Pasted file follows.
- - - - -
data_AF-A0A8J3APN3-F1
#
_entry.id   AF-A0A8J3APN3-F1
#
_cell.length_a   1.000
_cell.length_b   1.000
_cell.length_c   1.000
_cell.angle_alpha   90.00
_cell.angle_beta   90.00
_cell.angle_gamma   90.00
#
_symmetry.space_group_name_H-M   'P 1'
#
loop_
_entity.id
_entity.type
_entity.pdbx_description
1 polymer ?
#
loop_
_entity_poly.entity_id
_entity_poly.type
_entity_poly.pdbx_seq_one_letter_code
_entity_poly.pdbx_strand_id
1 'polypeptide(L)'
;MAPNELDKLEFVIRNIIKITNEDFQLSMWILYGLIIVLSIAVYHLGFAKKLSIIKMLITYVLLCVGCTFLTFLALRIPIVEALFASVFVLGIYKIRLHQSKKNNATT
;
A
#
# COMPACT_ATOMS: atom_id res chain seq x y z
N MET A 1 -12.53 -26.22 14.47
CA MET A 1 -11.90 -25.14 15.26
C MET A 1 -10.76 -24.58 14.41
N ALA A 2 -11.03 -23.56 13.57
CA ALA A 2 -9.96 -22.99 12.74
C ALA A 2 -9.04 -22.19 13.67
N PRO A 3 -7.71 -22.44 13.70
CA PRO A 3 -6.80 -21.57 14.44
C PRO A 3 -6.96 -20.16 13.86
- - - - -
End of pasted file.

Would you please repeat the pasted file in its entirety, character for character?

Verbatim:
data_AF-A0A8J3APN3-F1
#
_entry.id   AF-A0A8J3APN3-F1
#
_cell.length_a   1.000
_cell.length_b   1.000
_cell.length_c   1.000
_cell.angle_alpha   90.00
_cell.angle_beta   90.00
_cell.angle_gamma   90.00
#
_symmetry.space_group_name_H-M   'P 1'
#
loop_
_entity.id
_entity.type
_entity.pdbx_description
1 polymer ?
#
loop_
_entity_poly.entity_id
_entity_poly.type
_entity_poly.pdbx_seq_one_letter_code
_entity_poly.pdbx_strand_id
1 'polypeptide(L)'
;MAPNELDKLEFVIRNIIKITNEDFQLSMWILYGLIIVLSIAVYHLGFAKKLSIIKMLITYVLLCVGCTFLTFLALRIPIVEALFASVFVLGIYKIRLHQSKKNNATT
;
A
#
# COMPACT_ATOMS: atom_id res chain seq x y z
N MET A 1 -12.53 -26.22 14.47
CA MET A 1 -11.90 -25.14 15.26
C MET A 1 -10.76 -24.58 14.41
N ALA A 2 -11.03 -23.56 13.57
CA ALA A 2 -9.96 -22.99 12.74
C ALA A 2 -9.04 -22.19 13.67
N PRO A 3 -7.71 -22.44 13.70
CA PRO A 3 -6.80 -21.57 14.44
C PRO A 3 -6.96 -20.16 13.86